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    15th October 2011

    More theory: a little Marxist, a little deconstruction

    “The apartment where much of the show takes place is enormous by New York City standards, leading the viewer to wonder how dwellers pay the rent, given their itinerant jobs. Also, we know that New York City is among the most racially diverse cities in the United States. So why is it that we rarely see any one other than people of European descent populating the settings? We must conclude that the writers of the show are privileging a particular ideological viewpoint, one that features only attractive characters who have few financial concerns, plenty of free time, and who are racially segregated in a setting that is anything but homogenous.”
    – Raymond Philippot and Michael Graves, Fostering Comprehension in English Classes, p. 82

    Can you guess what popular 90s sitcom this paragraph is talking about? It is very likely that you can, but if you cannot, I would not be that surprised for this reason: if you replace “New York City” with any other city name, and “apartment” with “dwelling”, you could be talking about a great number of popular television shows that air in the United States. A Marxist critique of popular culture would be very revealing – and hopefully interesting – for students or adults alike. We don’t like to think about what we watch for entertainment – it’s entertainment, not school, not our job, not our political stand! Let’s just enjoy it. This refusal to think critically about media should worry us – have you read any dystopian literature? Pretty much all fictional dystopian governments use entertainment to keep the masses happy. There’s 1984, A Brave New World, We… Why wouldn’t an actual, non-fictional government or capitalist conglomerate do the same?… Oh no, that couldn’t happen in our society…

    “The essential paradigm of cyberspace is creating partially situated identities out of actual or potential social reality in terms of canonical forms of human contact, thus renormalizing the phenomenology of narrative space and requiring the naturalization of the intersubjective cognitive strategy, and thereby resolving the dialectics of metaphorical thoughts, each problematic to the other, collectively redefining and reifying the paradigm of the parable of the model of the metaphor.”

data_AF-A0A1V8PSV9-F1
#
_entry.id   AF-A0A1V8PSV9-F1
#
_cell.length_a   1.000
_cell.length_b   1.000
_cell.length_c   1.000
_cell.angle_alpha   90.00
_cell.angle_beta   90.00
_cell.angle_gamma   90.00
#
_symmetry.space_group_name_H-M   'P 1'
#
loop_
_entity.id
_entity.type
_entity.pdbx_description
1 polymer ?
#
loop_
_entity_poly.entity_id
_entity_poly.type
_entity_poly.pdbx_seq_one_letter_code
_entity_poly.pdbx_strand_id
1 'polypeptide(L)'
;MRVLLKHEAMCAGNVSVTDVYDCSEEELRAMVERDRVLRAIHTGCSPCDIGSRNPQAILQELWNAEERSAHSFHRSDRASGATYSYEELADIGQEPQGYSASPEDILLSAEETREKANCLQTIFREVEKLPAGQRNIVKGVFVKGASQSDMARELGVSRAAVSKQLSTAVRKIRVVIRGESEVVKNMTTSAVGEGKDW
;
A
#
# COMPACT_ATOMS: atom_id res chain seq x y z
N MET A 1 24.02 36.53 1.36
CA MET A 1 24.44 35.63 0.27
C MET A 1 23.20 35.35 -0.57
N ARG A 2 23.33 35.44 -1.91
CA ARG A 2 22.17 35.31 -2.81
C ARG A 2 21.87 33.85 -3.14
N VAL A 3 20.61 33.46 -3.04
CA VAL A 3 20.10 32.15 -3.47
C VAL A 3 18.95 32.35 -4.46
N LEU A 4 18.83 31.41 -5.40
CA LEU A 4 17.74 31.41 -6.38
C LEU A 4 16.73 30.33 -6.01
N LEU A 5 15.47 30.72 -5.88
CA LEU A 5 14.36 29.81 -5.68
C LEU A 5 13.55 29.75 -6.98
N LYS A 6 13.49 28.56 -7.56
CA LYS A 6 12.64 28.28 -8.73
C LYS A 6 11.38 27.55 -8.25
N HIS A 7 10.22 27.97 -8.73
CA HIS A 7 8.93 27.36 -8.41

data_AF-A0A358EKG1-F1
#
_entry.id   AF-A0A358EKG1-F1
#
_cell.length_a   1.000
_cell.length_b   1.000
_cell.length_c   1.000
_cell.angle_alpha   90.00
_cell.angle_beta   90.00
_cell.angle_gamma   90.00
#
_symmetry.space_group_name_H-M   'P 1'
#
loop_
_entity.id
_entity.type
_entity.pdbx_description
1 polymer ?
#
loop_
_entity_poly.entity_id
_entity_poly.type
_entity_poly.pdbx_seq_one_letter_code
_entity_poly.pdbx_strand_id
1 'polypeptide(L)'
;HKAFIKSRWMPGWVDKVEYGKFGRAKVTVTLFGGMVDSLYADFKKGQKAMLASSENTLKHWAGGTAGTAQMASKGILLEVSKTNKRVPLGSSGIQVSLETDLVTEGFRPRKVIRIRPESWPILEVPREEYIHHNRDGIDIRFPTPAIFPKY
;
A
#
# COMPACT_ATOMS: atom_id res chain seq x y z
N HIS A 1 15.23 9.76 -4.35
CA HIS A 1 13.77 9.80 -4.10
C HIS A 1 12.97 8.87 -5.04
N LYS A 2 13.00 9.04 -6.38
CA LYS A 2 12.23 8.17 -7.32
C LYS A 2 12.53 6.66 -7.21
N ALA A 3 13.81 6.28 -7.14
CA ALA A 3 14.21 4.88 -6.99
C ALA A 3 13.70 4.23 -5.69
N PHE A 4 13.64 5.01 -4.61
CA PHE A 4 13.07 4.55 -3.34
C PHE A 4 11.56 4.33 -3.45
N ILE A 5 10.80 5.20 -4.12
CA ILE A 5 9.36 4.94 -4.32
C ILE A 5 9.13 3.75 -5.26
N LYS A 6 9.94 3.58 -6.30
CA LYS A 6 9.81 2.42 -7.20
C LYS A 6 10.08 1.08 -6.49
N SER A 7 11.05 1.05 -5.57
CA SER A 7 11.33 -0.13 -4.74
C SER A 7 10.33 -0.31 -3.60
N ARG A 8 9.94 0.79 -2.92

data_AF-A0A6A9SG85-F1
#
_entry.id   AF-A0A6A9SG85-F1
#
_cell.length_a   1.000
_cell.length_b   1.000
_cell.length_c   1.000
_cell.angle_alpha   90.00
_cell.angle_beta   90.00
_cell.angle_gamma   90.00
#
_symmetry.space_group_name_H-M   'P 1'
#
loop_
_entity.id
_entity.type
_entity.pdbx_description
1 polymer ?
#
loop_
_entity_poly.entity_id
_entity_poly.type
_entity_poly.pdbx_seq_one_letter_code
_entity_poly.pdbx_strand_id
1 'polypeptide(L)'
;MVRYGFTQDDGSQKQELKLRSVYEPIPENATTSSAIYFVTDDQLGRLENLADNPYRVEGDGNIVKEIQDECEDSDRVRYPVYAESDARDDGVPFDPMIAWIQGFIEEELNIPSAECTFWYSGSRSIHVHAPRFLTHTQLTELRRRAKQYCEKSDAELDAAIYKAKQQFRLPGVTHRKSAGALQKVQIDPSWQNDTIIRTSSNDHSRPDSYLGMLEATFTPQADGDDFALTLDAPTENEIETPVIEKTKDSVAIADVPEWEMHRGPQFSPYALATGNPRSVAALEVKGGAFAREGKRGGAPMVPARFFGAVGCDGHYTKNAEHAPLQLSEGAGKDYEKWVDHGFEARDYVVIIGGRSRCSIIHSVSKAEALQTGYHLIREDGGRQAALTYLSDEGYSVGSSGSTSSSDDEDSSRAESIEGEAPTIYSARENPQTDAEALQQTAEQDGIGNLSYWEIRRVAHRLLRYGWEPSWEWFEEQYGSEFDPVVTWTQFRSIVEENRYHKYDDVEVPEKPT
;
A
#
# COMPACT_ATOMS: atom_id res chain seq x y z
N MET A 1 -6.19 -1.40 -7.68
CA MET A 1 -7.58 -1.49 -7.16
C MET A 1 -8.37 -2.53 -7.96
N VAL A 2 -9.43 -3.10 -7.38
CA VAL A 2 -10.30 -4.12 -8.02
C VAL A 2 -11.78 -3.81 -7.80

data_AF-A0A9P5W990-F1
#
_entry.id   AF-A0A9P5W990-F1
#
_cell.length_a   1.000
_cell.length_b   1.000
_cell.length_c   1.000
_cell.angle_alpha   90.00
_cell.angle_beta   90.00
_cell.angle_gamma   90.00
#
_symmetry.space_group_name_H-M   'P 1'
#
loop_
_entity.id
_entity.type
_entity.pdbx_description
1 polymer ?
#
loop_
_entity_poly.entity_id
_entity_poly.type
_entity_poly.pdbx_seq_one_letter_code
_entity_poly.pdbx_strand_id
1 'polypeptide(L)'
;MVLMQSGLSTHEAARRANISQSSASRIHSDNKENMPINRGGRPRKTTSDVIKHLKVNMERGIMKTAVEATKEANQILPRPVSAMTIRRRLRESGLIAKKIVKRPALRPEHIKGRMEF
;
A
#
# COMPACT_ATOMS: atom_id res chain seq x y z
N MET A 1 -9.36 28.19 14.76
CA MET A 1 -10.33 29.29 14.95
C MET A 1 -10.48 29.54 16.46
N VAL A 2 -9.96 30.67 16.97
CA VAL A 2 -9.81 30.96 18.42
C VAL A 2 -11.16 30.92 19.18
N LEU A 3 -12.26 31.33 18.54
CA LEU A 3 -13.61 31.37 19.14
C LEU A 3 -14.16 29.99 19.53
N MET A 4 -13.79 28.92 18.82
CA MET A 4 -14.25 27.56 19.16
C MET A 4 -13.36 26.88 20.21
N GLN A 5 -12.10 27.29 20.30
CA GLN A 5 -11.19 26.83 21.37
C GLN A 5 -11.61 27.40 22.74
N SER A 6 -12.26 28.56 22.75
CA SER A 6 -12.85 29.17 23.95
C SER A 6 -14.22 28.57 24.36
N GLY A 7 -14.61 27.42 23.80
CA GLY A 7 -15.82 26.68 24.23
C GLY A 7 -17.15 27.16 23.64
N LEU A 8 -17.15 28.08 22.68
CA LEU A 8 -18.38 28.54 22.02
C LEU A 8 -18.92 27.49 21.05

-Chip Morningstar, “How to Deconstruct Almost Anything”

    Did you understand that paragraph? If not try reading it again.

    Still no? Hopefully at this point you realize that the author created as a joke – a way of poking fun at other presenters at a conference. At the Second International Conference on Cyberspace, held in Santa Cruz, California in April, 1991, Morningstar and his co-presenter Randy Farmer read the statement, paused for laughter and then revealed that the statement was “constructed entirely out of things people had actually said the day before, except for the last ten words or so.”

    Deconstruction is not really like the footage in this video:

    That is demolition. There is not real use for the pieces of the building after demolition has taken place. Deconstruction similarly breaks down the original structure, but it doesn’t jettison the pieces. Instead it attempts to use the original language/form to show how the same work can be demonstrated to have multiple – and mutually-exclusive – meanings.

    I think that a lot of high school students employ deconstruction already, they just don’t realize it. Ask them about what their parents say about curfew, drinking, sex, drug use, or any other house rule – and then ask them what those rules actually mean for them. Or watch them try to make a teacher’s stated assignment seem like they didn’t have to do as much work. Or if they have a Christian or other conservative background, ask them what the Bible – or their scripture – says about drinking, drug use, or sex. Ever heard about how God wouldn’t have put any plants on the planet if they weren’t good and we weren’t supposed to use them? Well… I guess maybe that one does have a point.

    (Click here to watch a video of where Derrida himself starts to define deconstruction).

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    Copyright 2005 by Daryl Holmlund - All rights reserved.